The first wave of the flu, a less destructive form, appeared in the early part of 1918. The source of the virus is not known, but when it got to Spain and the King became infected, it was dubbed “Spanish Influenza”. Before the First World War had ended, the flu was making its way around the world and across Canada. The second and third waves were in the fall of 1918 and the winter of 1918-19. The mutation of the virus had given it the power to infect and kill its victims within a day, even the young and healthy. Some soldiers who had survived the war sadly died only weeks or months after they returned home.

One cause for its rapid spread in Canada was the cross-country train journey of a group of infected Canadian soldiers en route to Siberia. It was the end of September 1918 and health officials were utterly unprepared. While they were still considering prevention and quarantines, most didn’t even know the flu had already arrived in the major cities along the Trans-Canada line. As many as one-in-six Canadians were ultimately infected.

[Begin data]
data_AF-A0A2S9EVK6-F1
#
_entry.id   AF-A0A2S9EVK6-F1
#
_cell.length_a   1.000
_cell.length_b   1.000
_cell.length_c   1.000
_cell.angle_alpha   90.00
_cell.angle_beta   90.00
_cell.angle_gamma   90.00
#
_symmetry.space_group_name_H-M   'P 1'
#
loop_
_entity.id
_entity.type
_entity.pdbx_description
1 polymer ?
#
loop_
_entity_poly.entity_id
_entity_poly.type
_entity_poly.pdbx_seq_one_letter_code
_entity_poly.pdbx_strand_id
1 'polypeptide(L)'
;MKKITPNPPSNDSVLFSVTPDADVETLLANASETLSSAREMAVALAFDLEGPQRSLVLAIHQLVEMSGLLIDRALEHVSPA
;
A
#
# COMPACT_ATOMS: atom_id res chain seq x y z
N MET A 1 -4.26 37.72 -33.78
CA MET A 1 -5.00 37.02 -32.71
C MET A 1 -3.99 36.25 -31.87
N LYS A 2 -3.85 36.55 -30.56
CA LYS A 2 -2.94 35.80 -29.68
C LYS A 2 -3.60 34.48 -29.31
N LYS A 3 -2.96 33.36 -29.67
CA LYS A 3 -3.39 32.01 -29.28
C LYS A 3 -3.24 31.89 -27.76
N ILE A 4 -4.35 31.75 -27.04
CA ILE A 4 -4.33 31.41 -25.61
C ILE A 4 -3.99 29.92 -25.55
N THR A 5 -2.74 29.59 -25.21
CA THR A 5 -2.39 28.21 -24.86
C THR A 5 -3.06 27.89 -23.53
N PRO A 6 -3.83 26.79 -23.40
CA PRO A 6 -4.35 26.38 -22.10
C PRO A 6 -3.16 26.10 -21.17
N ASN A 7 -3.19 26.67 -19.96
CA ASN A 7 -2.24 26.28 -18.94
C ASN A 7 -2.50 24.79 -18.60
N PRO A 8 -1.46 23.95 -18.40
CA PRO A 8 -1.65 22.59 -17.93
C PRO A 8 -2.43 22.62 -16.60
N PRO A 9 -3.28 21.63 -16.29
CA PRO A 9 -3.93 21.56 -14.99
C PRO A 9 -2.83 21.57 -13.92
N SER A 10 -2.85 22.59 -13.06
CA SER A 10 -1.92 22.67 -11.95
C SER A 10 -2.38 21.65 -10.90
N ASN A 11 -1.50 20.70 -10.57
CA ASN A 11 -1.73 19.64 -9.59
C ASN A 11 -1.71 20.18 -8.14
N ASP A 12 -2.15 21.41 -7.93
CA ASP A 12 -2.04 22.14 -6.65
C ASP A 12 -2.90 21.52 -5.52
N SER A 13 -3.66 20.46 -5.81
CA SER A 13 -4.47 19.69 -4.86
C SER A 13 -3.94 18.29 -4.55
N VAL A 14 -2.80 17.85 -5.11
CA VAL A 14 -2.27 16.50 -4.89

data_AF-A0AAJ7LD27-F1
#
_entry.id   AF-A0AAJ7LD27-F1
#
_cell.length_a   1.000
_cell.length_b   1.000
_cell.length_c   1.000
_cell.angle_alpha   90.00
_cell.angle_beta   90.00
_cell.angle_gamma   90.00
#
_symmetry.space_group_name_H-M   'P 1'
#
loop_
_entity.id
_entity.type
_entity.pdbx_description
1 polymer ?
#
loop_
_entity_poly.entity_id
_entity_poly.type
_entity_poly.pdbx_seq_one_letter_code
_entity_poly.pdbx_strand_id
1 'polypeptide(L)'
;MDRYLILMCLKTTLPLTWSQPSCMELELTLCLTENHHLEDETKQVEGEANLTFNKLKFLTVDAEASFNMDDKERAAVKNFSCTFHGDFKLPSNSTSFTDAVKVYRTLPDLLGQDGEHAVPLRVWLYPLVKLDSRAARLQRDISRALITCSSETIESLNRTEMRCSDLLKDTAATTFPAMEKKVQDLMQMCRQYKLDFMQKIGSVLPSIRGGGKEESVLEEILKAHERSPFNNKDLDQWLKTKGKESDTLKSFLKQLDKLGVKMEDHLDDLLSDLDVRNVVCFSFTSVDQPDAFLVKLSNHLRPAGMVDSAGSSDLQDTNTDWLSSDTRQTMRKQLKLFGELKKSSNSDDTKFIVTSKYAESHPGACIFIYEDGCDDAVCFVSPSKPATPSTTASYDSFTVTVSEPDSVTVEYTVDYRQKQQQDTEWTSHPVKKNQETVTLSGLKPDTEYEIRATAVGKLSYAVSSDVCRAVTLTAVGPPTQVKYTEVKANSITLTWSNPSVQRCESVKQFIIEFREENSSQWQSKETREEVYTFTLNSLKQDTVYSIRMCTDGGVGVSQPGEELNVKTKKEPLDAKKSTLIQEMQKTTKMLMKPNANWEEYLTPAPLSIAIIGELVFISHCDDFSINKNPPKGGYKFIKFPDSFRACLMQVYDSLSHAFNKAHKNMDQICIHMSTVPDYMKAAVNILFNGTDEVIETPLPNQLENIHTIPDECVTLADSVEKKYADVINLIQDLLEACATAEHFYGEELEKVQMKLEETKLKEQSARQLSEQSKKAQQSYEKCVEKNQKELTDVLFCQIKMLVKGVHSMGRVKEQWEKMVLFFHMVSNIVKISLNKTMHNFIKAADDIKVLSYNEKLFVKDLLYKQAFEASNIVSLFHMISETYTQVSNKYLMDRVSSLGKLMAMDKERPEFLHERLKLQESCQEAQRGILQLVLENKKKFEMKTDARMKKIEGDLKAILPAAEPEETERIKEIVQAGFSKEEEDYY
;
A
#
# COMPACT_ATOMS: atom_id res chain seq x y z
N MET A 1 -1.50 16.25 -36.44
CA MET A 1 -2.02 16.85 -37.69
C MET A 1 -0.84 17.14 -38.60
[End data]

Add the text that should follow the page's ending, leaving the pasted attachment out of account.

Globally, the Spanish Influenza pandemic infected upwards of 500,000,000 people—one third of the world’s population. Upwards of 50,000,000 died. 30,000–50,000 of those were Canadians, almost as many as had died in the war. In Alberta, the flu would kill 3,259, although many deaths were likely unreported. As with other diseases, the Indigenous population had a higher percentage of mortality, partly because of the living conditions on reserves. Of a national population of 106,000 the Department of Indian Affairs reported 3,694 deaths. 


It may have been the day of her husband’s funeral. Albert Callihoo died in 1918 of Spanish flu.
Back, left to right: Ben Gray, Isidore, Louise, Samuel Callihoo, Colin Gladu
Front, left to right: Victoria, Marguerite, Alice, Nancy Callihoo, Alice Mitchell